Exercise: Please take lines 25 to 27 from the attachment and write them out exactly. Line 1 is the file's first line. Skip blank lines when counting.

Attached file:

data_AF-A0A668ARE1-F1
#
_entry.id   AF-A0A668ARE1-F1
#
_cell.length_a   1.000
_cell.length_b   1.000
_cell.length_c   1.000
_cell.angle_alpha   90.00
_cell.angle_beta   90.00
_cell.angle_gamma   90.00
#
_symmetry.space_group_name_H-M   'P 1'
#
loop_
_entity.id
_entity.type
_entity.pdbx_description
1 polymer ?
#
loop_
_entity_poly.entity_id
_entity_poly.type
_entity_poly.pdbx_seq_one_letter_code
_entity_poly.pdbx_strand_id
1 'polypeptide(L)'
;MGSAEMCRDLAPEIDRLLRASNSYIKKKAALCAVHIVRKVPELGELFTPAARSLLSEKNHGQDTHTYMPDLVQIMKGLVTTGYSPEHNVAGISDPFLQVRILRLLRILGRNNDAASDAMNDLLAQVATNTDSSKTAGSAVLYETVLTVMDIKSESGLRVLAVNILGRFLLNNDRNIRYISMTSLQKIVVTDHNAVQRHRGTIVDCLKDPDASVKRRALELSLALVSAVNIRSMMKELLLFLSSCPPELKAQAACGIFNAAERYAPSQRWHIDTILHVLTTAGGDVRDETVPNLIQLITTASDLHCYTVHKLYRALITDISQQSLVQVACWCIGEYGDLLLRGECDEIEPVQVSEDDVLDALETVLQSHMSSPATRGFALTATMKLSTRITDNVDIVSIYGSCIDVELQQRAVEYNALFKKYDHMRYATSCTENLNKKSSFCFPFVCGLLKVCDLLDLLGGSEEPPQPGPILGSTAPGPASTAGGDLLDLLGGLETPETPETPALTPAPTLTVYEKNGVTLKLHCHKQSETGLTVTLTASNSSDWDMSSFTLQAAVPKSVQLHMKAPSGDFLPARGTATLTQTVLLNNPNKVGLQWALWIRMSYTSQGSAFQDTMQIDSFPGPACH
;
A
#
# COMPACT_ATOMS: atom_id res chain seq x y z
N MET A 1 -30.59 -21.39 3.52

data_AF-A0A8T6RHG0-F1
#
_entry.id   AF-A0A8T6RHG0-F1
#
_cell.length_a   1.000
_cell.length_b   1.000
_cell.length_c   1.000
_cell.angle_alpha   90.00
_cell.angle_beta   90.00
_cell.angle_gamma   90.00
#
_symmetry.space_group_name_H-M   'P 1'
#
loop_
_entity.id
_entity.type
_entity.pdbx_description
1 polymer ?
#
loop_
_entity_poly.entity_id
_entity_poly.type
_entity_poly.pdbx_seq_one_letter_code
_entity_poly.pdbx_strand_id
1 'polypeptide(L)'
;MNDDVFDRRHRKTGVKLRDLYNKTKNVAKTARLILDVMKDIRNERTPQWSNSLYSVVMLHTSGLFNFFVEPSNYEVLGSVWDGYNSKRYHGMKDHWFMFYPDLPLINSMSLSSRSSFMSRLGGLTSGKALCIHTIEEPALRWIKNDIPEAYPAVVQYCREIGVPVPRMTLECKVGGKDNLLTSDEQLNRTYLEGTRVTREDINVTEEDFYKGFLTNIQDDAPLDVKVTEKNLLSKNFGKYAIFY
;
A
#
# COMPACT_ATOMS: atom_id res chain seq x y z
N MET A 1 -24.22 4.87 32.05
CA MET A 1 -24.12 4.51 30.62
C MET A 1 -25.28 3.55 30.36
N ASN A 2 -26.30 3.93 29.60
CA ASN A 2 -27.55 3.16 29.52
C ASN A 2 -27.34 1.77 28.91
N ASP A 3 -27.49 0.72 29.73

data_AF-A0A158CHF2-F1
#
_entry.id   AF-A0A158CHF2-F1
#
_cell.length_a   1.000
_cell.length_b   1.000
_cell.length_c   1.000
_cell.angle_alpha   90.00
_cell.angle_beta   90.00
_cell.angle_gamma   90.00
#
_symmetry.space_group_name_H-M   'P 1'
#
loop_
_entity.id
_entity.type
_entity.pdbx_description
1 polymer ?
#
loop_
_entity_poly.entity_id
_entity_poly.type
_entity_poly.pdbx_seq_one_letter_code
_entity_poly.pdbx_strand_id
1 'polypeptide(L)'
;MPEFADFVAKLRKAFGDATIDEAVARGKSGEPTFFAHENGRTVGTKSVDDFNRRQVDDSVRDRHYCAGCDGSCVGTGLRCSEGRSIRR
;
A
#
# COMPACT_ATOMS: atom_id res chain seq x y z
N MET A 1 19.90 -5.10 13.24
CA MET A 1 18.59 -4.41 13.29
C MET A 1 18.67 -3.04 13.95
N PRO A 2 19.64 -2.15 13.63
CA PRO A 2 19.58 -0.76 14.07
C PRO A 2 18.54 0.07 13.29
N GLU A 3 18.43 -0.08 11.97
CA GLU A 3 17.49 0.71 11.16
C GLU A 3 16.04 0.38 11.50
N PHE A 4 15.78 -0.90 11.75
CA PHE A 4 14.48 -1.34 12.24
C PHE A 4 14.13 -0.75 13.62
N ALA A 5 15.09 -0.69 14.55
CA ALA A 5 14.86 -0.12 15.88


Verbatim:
1 'polypeptide(L)'
;MGSAEMCRDLAPEIDRLLRASNSYIKKKAALCAVHIVRKVPELGELFTPAARSLLSEKNHGQDTHTYMPDLVQIMKGLVTTGYSPEHNVAGISDPFLQVRILRLLRILGRNNDAASDAMNDLLAQVATNTDSSKTAGSAVLYETVLTVMDIKSESGLRVLAVNILGRFLLNNDRNIRYISMTSLQKIVVTDHNAVQRHRGTIVDCLKDPDASVKRRALELSLALVSAVNIRSMMKELLLFLSSCPPELKAQAACGIFNAAERYAPSQRWHIDTILHVLTTAGGDVRDETVPNLIQLITTASDLHCYTVHKLYRALITDISQQSLVQVACWCIGEYGDLLLRGECDEIEPVQVSEDDVLDALETVLQSHMSSPATRGFALTATMKLSTRITDNVDIVSIYGSCIDVELQQRAVEYNALFKKYDHMRYATSCTENLNKKSSFCFPFVCGLLKVCDLLDLLGGSEEPPQPGPILGSTAPGPASTAGGDLLDLLGGLETPETPETPALTPAPTLTVYEKNGVTLKLHCHKQSETGLTVTLTASNSSDWDMSSFTLQAAVPKSVQLHMKAPSGDFLPARGTATLTQTVLLNNPNKVGLQWALWIRMSYTSQGSAFQDTMQIDSFPGPACH
;